US Stocks Post Gains Friday After Several Down Days

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U.S. stock market indexes posted gains in Friday’s trading, a change in direction after several down days amid tensions between President Donald Trump and North Korea.

In New York, the Standard & Poor’s 500 index and the Dow Jones industrial average each advanced about one-tenth of a percentage point, while the Nasdaq composite index rose almost eight-tenths of a percentage point. Earlier, stocks in Paris and London were off 1 percent, while Hong Kong stocks fell 2 percent and Korean shares slid nearly as much.

Global stock prices had been falling for several days, losing nearly $1 trillion in value during angry exchanges between the U.S. and North Korea, which continued Friday.

Investors have reason for concern, according to Rajiv Biswas, Asia-Pacific chief economist of IHS Markit. He said the economic consequences of even a conventional conflict would most likely be “horrific” and “devastate” the South Korean economy, hurting that nation’s trading partners, particularly Japan.

In an email exchange with VOA, Biswas called the possibility that North Korea could actually use nuclear weapons a “nightmare but still low probability scenario” and noted there had been prior incidents of rising tensions on the peninsula.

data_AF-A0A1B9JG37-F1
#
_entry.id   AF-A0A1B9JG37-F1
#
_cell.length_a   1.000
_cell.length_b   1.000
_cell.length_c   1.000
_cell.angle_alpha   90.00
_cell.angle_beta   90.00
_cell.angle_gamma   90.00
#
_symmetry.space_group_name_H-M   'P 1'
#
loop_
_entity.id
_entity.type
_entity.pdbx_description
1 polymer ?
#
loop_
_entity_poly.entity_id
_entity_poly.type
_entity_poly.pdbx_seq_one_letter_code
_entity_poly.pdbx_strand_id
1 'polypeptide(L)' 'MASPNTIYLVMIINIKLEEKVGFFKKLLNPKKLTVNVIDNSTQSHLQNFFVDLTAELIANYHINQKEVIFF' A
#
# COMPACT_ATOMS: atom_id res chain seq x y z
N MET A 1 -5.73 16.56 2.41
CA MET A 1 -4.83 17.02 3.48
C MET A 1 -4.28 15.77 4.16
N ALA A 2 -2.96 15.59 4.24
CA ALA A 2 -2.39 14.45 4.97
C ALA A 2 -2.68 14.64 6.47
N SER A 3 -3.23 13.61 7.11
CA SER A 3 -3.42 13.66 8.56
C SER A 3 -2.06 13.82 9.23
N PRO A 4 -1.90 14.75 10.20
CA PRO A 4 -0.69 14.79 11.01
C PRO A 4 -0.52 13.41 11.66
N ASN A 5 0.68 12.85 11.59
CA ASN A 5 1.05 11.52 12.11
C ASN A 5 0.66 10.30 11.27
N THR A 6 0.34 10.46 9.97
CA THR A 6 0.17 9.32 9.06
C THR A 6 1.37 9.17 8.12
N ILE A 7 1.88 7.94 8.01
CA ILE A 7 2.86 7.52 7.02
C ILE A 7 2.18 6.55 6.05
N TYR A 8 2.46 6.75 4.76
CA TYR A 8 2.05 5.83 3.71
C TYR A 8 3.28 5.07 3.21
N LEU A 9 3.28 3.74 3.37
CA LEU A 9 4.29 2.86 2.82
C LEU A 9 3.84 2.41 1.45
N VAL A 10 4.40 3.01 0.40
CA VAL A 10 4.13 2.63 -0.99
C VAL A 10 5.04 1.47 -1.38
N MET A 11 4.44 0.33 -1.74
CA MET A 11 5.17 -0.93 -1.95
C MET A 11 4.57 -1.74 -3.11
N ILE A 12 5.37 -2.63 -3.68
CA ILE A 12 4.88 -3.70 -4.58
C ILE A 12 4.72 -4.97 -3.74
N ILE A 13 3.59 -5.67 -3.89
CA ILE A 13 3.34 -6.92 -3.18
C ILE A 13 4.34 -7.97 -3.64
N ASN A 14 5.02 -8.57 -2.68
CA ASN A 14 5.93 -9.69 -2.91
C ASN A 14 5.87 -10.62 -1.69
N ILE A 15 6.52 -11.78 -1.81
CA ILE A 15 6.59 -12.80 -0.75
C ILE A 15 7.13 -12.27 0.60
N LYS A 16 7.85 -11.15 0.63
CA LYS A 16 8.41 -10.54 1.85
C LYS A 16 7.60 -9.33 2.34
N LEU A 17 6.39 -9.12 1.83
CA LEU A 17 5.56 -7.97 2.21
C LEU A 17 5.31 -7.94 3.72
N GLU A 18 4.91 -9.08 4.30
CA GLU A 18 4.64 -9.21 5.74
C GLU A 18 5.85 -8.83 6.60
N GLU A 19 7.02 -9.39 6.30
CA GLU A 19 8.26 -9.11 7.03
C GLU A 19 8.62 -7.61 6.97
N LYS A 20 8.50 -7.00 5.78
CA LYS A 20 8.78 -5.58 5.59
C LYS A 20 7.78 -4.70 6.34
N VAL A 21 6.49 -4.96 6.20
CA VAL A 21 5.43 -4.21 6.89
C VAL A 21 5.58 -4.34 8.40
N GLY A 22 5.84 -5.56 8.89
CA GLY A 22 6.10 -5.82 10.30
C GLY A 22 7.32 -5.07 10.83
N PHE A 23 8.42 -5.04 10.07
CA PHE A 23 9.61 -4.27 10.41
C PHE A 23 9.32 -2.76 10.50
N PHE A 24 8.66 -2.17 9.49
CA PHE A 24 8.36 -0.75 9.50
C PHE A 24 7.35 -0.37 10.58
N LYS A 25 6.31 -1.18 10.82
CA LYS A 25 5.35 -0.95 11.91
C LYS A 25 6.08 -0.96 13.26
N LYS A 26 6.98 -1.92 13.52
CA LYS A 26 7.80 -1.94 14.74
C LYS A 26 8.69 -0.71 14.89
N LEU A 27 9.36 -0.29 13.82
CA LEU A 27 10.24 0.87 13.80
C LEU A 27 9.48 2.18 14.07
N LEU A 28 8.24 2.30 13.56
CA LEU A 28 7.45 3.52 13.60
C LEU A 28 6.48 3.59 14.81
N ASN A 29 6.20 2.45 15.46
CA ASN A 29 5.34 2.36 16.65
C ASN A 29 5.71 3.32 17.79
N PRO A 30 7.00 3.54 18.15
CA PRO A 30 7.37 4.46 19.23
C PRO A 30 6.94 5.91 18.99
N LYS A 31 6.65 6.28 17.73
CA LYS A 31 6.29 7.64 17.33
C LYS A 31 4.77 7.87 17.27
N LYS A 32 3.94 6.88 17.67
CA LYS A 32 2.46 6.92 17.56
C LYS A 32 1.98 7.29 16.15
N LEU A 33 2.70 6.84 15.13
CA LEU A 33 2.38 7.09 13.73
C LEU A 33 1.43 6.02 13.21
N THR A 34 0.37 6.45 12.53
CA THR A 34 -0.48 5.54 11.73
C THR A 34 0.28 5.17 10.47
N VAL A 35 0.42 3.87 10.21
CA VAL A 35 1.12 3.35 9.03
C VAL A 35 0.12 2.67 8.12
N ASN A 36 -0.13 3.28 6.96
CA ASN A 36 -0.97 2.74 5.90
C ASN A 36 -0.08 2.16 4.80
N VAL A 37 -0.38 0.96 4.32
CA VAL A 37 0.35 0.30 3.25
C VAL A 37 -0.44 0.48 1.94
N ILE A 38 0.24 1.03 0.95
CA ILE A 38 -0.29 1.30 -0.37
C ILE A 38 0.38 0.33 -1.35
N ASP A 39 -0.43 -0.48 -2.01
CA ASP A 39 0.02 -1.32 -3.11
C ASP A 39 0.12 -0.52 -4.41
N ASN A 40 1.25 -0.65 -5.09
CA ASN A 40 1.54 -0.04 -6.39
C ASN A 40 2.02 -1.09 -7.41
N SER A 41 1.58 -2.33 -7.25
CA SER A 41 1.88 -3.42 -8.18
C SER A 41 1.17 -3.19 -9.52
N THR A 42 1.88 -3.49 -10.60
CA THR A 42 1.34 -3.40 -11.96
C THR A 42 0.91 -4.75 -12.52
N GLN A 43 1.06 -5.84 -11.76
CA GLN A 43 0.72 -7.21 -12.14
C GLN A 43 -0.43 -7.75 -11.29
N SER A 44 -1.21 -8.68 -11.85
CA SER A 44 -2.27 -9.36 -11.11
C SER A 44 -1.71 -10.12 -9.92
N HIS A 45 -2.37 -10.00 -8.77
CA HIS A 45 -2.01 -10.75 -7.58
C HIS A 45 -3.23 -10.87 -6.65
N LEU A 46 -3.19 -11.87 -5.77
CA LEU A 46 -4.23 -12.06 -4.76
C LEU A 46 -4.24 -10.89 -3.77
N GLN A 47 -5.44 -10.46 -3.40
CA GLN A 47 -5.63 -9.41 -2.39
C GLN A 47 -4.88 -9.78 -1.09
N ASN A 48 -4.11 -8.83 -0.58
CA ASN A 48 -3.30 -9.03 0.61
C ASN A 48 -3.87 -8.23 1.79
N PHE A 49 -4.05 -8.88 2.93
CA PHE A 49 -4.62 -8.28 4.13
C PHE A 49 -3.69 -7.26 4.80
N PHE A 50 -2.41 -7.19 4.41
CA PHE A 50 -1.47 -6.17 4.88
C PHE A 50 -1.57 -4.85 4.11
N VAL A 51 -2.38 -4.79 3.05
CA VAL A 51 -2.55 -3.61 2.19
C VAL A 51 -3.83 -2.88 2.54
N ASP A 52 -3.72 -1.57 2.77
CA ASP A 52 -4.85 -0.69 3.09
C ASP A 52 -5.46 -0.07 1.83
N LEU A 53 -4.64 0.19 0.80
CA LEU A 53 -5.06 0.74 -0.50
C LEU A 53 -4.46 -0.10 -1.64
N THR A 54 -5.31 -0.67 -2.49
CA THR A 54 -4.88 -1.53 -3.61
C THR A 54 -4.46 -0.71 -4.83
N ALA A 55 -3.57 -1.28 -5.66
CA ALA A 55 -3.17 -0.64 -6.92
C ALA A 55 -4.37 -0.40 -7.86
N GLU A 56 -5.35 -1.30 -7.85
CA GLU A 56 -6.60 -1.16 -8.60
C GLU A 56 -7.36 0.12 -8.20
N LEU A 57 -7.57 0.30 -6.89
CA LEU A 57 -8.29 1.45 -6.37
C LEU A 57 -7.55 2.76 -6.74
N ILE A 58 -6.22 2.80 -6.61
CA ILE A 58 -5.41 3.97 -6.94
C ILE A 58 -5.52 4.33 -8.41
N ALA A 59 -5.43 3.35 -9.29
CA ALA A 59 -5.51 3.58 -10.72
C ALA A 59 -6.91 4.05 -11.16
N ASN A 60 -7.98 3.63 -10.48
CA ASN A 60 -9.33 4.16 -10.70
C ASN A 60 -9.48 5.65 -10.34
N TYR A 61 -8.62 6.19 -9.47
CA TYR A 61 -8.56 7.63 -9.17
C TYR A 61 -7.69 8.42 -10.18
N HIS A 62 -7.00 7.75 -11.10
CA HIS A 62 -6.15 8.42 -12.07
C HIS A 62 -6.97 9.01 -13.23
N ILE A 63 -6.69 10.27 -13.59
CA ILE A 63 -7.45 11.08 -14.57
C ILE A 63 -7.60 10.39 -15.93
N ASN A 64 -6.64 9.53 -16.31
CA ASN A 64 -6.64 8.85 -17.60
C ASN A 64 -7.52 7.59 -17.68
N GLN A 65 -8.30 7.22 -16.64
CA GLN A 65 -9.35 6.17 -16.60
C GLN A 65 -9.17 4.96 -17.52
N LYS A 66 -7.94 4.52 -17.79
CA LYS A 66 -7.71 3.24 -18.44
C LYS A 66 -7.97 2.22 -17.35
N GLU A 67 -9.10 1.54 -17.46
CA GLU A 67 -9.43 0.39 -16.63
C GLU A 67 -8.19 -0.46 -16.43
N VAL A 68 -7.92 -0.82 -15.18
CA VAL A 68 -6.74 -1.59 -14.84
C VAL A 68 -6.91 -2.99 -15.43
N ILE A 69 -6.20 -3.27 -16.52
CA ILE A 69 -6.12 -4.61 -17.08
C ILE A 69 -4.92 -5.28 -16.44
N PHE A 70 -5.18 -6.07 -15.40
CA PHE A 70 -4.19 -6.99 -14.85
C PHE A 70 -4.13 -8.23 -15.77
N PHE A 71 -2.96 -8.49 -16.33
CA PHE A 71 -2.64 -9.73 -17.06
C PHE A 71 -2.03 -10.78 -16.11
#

A similar view came from Brad McMillan, chief investment officer for Commonwealth Financial Network, who wrote, “All parties, including the North Koreans, have substantial incentives to once again cut a deal rather than fight. Based on past crises, there will be a great deal of theater, only to end in some kind of deal.”

He wrote that military action was “unlikely” in the short term, suggesting “worry is overdone at the moment.” But he wrote that military action “is actually very possible in the medium term.”

McMillan wrote that such a conflict could have “dramatic and substantial” impact on many economies because South Korea “is a major trading and manufacturing hub.” That means “disruption there would break supply chains around the world” and might last “for months or years.”

He wrote that rising uncertainty would prompt money to move out of stocks and into less risky investments, which would drive down stock market prices: “Clearly, there are real reasons to try to avoid a war.”



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